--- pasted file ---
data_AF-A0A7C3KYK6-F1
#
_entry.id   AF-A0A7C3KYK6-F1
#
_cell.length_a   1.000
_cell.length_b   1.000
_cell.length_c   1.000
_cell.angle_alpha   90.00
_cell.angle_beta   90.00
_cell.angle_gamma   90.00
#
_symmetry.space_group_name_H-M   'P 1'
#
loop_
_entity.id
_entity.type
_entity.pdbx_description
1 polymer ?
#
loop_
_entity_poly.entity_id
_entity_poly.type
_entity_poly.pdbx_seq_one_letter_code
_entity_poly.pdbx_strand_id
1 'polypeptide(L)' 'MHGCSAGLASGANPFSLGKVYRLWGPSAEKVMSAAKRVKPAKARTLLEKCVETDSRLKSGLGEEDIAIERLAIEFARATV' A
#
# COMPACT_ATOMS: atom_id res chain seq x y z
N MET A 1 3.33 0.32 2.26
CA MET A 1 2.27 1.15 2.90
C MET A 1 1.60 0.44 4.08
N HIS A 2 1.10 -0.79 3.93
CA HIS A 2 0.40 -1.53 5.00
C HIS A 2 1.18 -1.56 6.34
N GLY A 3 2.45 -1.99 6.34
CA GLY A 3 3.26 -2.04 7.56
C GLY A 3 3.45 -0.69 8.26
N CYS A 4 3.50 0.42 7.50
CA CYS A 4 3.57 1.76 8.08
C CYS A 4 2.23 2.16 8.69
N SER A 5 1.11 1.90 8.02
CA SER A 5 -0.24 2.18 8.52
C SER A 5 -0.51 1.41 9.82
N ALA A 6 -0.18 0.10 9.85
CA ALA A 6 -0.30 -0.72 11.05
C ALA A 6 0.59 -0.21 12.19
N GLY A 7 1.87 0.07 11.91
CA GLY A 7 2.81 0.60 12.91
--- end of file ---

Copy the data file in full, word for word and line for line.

data_AF-A0A7C3KYK6-F1
#
_entry.id   AF-A0A7C3KYK6-F1
#
_cell.length_a   1.000
_cell.length_b   1.000
_cell.length_c   1.000
_cell.angle_alpha   90.00
_cell.angle_beta   90.00
_cell.angle_gamma   90.00
#
_symmetry.space_group_name_H-M   'P 1'
#
loop_
_entity.id
_entity.type
_entity.pdbx_description
1 polymer ?
#
loop_
_entity_poly.entity_id
_entity_poly.type
_entity_poly.pdbx_seq_one_letter_code
_entity_poly.pdbx_strand_id
1 'polypeptide(L)' 'MHGCSAGLASGANPFSLGKVYRLWGPSAEKVMSAAKRVKPAKARTLLEKCVETDSRLKSGLGEEDIAIERLAIEFARATV' A
#
# COMPACT_ATOMS: atom_id res chain seq x y z
N MET A 1 3.33 0.32 2.26
CA MET A 1 2.27 1.15 2.90
C MET A 1 1.60 0.44 4.08
N HIS A 2 1.10 -0.79 3.93
CA HIS A 2 0.40 -1.53 5.00
C HIS A 2 1.18 -1.56 6.34
N GLY A 3 2.45 -1.99 6.34
CA GLY A 3 3.26 -2.04 7.56
C GLY A 3 3.45 -0.69 8.26
N CYS A 4 3.50 0.42 7.50
CA CYS A 4 3.57 1.76 8.08
C CYS A 4 2.23 2.16 8.69
N SER A 5 1.11 1.90 8.02
CA SER A 5 -0.24 2.18 8.52
C SER A 5 -0.51 1.41 9.82
N ALA A 6 -0.18 0.10 9.85
CA ALA A 6 -0.30 -0.72 11.05
C ALA A 6 0.59 -0.21 12.19
N GLY A 7 1.87 0.07 11.91
CA GLY A 7 2.81 0.60 12.91